Sunday evening I finally managed to meet up with Dmitri. After 2 weeks of an unsuccessful trip to the mall, I convinced Dima to scrap the whole mall trip. Malls are better for shopping and not meeting up for coffee.

I went over to Dima’s house and at Sarah’s insistence, we all had some tea and biscuits. I would of preferred coffee, but Sarah hates the taste of it so tea it was. Sounds old fashioned but I enjoy a talk with friends more than the most “exciting” game or movie. Dima attempted to get me to watch a preview of Jackass 2 and Dexter. As promised, I will watch the first episode of Dexter, but Jackass proved too crazy and silly for me. Sorry Dima, I know you tried.

Before the “tea” party, I helped Sarah and Dima work on Sarah’s assignment. Acting like a snobby writer, I commandeered the assignment. I still persist that most writing needs the golden touch of a good journalist, writer or editor. And I managed to finish up my previous blog. The next ones will be shorter.

Also I received confirmation of someone reading my attempt at journalism. Thank you Sarah for reading my work. You made my day.

Harnessing Chaos: A Framework for Team Management

Programming is a misunderstood art. Unfortunately many commercial ventures treat programming like a science and managers treat programmers as engineers. Engineers build things based on repeatable technologies and designs. Programmers craft code, a process more akin to the unpredictable and unrepeatable production of art like writing. Companies get in trouble when they try to apply engineering best practises such as enforcing strict requirements, and tight predictable deadlines. A far better approach works by treating programming as an art, and applying artistic best practises.

The Problem of Creativity
One problem with creativity, is that is hard to predict and control. Creativity comes and goes, at a whim. Since artists work in a creative manner, they need a great degree of freedom in their work. Unfortunately the real world treats art in the same way as it does engineering. The real world expects predictable work schedules and techniques.

This becomes problematic when programmers work on a project as a team. The team needs to balance creativity with reliability. So artists and programmers need to build predictability into their projects. One way to create repeatable and scheduleable for creative work is to use a framework.

Team Frameworks
I am an extremely individualistic person. Yet, I will admit many projects simply take too long for a single person to do. Teams naturally alleviate this problem, by throwing more people at a task. But like Fred Brooks mentions in his The Mythical Man-Month, throwing more people at a team does not guarantee faster completion.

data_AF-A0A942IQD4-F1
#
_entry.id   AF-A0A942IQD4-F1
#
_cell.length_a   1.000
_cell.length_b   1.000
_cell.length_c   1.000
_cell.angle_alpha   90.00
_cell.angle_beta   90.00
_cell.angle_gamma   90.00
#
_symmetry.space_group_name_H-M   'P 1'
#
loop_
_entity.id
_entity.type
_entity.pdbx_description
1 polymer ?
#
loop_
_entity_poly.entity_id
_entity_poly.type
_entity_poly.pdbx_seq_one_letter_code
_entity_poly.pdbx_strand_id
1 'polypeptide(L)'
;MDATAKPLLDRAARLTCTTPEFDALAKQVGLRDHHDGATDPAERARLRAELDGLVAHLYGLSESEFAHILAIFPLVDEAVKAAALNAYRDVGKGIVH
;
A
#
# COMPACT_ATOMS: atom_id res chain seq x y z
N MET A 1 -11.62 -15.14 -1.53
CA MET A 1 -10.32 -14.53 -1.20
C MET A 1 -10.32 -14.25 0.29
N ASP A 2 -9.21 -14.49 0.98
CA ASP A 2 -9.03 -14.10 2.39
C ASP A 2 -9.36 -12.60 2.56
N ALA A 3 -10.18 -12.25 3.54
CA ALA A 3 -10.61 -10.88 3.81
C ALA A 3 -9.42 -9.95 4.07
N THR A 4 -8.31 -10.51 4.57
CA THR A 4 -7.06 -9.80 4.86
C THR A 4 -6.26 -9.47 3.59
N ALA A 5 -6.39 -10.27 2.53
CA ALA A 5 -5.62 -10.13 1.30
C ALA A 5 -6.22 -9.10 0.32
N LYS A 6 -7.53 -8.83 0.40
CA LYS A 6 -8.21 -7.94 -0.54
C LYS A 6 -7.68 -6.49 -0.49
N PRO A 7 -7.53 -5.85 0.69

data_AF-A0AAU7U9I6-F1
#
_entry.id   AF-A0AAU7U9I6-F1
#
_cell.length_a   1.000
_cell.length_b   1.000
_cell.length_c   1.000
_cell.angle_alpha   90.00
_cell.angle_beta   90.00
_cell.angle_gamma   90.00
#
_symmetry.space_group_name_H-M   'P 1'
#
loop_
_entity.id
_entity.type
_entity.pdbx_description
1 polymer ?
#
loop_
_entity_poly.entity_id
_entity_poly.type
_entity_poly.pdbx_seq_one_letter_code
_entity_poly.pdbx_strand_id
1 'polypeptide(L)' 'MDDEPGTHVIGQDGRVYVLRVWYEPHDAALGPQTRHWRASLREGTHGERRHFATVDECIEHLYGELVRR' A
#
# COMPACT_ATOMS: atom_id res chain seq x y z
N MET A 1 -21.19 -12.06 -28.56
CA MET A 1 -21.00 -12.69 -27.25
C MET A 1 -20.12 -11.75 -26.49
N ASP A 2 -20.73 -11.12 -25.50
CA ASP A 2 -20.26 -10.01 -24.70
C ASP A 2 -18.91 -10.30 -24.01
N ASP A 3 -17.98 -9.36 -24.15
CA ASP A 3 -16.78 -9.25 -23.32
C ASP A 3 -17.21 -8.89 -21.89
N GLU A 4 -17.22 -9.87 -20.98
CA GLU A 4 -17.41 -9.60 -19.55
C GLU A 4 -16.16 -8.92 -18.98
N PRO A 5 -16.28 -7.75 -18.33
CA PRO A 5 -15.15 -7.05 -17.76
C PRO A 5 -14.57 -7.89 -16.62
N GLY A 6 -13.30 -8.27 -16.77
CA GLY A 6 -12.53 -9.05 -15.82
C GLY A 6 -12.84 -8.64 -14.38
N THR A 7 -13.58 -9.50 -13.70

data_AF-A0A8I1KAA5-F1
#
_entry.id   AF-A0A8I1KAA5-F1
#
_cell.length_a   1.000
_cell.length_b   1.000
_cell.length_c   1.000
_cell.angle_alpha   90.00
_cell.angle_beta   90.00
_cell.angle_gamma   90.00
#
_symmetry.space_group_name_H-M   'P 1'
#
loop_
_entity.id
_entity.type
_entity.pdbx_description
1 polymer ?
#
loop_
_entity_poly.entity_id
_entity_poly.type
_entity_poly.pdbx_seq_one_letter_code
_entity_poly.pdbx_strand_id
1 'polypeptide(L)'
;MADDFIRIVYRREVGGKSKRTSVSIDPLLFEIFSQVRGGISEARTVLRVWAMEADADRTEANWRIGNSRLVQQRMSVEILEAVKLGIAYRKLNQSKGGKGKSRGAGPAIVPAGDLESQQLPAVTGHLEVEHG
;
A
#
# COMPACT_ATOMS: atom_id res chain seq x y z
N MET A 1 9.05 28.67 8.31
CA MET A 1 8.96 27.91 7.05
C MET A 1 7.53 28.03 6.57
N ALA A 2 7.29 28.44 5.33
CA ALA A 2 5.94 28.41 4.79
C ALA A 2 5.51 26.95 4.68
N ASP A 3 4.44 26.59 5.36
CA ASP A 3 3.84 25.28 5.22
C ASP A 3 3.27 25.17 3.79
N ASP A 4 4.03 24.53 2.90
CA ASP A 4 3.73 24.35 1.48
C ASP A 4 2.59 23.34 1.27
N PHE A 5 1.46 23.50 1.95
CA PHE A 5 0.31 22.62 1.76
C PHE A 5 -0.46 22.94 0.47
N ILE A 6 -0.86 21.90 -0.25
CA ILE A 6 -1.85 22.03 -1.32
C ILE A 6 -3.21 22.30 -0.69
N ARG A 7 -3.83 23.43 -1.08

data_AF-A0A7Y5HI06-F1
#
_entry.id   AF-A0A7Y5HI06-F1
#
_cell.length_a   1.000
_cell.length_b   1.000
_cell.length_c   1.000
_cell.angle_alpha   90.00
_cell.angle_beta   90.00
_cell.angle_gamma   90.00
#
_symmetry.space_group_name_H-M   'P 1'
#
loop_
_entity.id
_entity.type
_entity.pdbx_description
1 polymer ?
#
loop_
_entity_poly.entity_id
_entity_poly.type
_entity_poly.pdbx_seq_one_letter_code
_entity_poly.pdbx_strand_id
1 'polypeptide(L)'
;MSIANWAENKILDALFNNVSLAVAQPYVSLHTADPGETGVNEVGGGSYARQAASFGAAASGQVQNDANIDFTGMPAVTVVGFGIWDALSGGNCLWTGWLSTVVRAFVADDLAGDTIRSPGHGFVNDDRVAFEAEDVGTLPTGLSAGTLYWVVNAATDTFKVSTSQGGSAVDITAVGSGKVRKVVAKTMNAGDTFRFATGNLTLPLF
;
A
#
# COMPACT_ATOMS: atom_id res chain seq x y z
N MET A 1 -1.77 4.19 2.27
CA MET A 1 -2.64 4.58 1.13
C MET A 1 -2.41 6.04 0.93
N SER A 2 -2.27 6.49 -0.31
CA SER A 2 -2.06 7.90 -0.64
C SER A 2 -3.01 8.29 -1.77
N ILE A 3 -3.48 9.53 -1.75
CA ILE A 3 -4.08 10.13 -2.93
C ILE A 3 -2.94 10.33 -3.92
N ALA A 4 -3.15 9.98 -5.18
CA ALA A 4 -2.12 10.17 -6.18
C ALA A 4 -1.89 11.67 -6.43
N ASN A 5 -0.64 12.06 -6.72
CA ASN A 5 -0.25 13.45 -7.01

One of the reasons, I dislike teams is the problem of expectations. Before starting on a team project, I find it best to lay out “ground rules”. The rules include:

  1. Quality Expectations
  2. Communication
  3. Scheduling
  4. Individual Talents
  5. Work Synchronization
  6. Task and Job Division

It is important to work out these rules early on in a long term project. Without getting into specifics of each pint, I think everyone on the team needs to know what is expected of them. This saves the trouble of anguished team members when things go wrong, which in any project always does.

It is essential that these rules (not guidelines) be in place early on. Also every member of the team must follow these rules religiously. Sometimes the rules need changing, but if you did a good job on setting them up, the rules should not drastic changes.

Buffer Schedules
Programmers are notorious at underestimating the time required for work. The problem of “engineering” comes into play, and the result is delays in work. Instead when working on any creative project, you need to schedule in “thinking”, “wasted” and “oh crap, this is all going to heck” time.

The best of doing this is to schedule in a buffer. I usually work on a 1.5X buffer, (which probably is a very short buffer and 2X, even 3X are preferable). A 1.5X buffer basically adds an extra half “of time I think this will take me”. So if I think something takes 2 days to do, I try to schedule 3 days. This gives me room for error and I can finish ahead of time rather than “after-time”. Many successful programming groups also use buffers in scheduling.

Delays in Posting

Please forgive the delay in posting. Preparing for the new (and final) semester, forced me to sacrifice my time to non-blogging work. In fact, I am waiting for a clean reinstall/upgrade of Ubuntu to finish. We will back to our “regular” schedule by Monday.